Morphology, ecology and function in elasmobranchs: Comparative analysis of pectoral fins
Previous analyses of elasmobranchs have shown that differences in ecology are related to variations in whole body morphologies. Few investigations have analyzed the skeletal and muscular morphologies of the pectoral fins. However, more detailed analyses of the fins are warranted since recent in vivo swimming experiments have revealed that pectoral fins of different species bend to varying degrees during steady swimming and vertical maneuvering, which likely depend on morphological differences. This study aims to determine how pectoral fin morphology is related to ecology and function. Three species of sharks (pelagic Carcharhinus plumbeus, sandbar; benthic Chiloscyllium plagiosum, white-spotted bamboo; epibenthic Squalus acanthias, spiny dogfish) that exploit different habitats were examined. Pectoral fin morphologies were analyzed via dissections and photograph digitizing. Functional differences were assessed through bending experiments. Results indicated that morphological differences are related to ecology and function. Carcharhinus plumbeus appears to be adapted for high-speed cruising with characters that aid in the reduction of drag during locomotion (i.e. relatively stiff distal fin web, long third radial pterygiophores, robust cucullaris, novel subdivision of hypaxialis). In contrast, the pectoral fin morphology of Chiloscyllium plagiosum reflects a benthic lifestyle. The pectoral fins are the most flexible of the study species, which enhances maneuverability through complex environments. Basal pterygiophores are elongate and cylindrical, allowing for a greater range of motion; long first radials and short second and third radials place interradial joints more distally, promoting bending within the middle region of the fin. Fin anatomy of Squalus acanthias appears to be intermediate to the other two species, which supports an epibenthic lifestyle. Fin flexibility is similar to that of the pectoral fins of C. plumbeus, while the presence of a protractor muscle is a character shared with C. plagiosum. Squalus acanthias also possesses plate-like basals and a large area composed only of ceratotrichia, which may represent an alternative approach to stiffening the fin. These relationships among morphology, ecology and function aid in the development of hypotheses regarding lifestyles of extinct or elusive extant sharks. Furthermore, this enhanced understanding of these relationships may also assist in the advancement of biomimetics.^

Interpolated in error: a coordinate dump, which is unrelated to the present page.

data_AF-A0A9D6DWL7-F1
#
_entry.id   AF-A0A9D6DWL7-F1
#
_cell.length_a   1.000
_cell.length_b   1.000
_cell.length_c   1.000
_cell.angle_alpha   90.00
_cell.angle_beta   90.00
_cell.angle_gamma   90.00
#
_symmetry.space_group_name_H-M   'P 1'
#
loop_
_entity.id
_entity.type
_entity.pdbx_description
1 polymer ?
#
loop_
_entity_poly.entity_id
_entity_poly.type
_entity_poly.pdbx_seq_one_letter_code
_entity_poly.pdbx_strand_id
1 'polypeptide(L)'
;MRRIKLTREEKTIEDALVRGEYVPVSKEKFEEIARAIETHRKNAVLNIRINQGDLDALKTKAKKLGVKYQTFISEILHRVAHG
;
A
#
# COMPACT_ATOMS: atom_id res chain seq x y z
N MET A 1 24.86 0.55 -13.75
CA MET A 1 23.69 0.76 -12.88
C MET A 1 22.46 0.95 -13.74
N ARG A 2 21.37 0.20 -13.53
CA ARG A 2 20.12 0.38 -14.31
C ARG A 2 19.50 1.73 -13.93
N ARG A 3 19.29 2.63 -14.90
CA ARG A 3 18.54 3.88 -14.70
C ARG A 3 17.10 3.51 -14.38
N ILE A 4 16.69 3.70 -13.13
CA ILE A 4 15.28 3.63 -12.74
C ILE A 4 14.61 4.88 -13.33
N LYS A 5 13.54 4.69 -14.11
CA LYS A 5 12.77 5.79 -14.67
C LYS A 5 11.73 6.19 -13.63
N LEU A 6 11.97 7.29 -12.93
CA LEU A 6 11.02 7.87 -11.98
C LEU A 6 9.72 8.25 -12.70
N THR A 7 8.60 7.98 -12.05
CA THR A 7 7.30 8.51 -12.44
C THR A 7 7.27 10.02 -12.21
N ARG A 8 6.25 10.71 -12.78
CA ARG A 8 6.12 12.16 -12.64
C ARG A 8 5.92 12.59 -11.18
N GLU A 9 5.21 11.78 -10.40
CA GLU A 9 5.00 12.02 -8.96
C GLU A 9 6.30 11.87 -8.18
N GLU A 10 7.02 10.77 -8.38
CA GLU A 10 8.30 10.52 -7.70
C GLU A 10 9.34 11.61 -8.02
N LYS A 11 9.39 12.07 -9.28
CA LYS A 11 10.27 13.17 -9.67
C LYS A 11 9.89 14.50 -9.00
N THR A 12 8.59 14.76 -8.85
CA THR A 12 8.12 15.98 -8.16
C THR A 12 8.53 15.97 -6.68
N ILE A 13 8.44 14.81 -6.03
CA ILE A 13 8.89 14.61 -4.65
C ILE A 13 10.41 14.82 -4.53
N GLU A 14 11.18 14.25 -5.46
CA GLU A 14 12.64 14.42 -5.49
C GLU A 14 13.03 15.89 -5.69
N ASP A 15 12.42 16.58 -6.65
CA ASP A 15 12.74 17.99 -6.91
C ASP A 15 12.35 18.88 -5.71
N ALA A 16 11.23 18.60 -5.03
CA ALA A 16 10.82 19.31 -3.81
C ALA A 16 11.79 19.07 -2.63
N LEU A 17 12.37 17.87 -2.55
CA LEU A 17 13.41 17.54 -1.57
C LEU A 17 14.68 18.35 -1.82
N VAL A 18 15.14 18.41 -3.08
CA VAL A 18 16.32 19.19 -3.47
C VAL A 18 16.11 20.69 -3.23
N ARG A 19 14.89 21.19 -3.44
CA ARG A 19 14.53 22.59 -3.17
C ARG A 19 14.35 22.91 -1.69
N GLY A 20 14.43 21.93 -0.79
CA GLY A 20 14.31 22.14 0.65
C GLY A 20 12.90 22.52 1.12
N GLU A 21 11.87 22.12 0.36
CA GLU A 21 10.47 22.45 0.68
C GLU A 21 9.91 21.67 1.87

Biology, Anatomy|Biology, General
Stacey Akemi Sakai,
"Morphology, ecology and function in elasmobranchs: Comparative analysis of pectoral fins"
Dissertations and Master's Theses (Campus Access).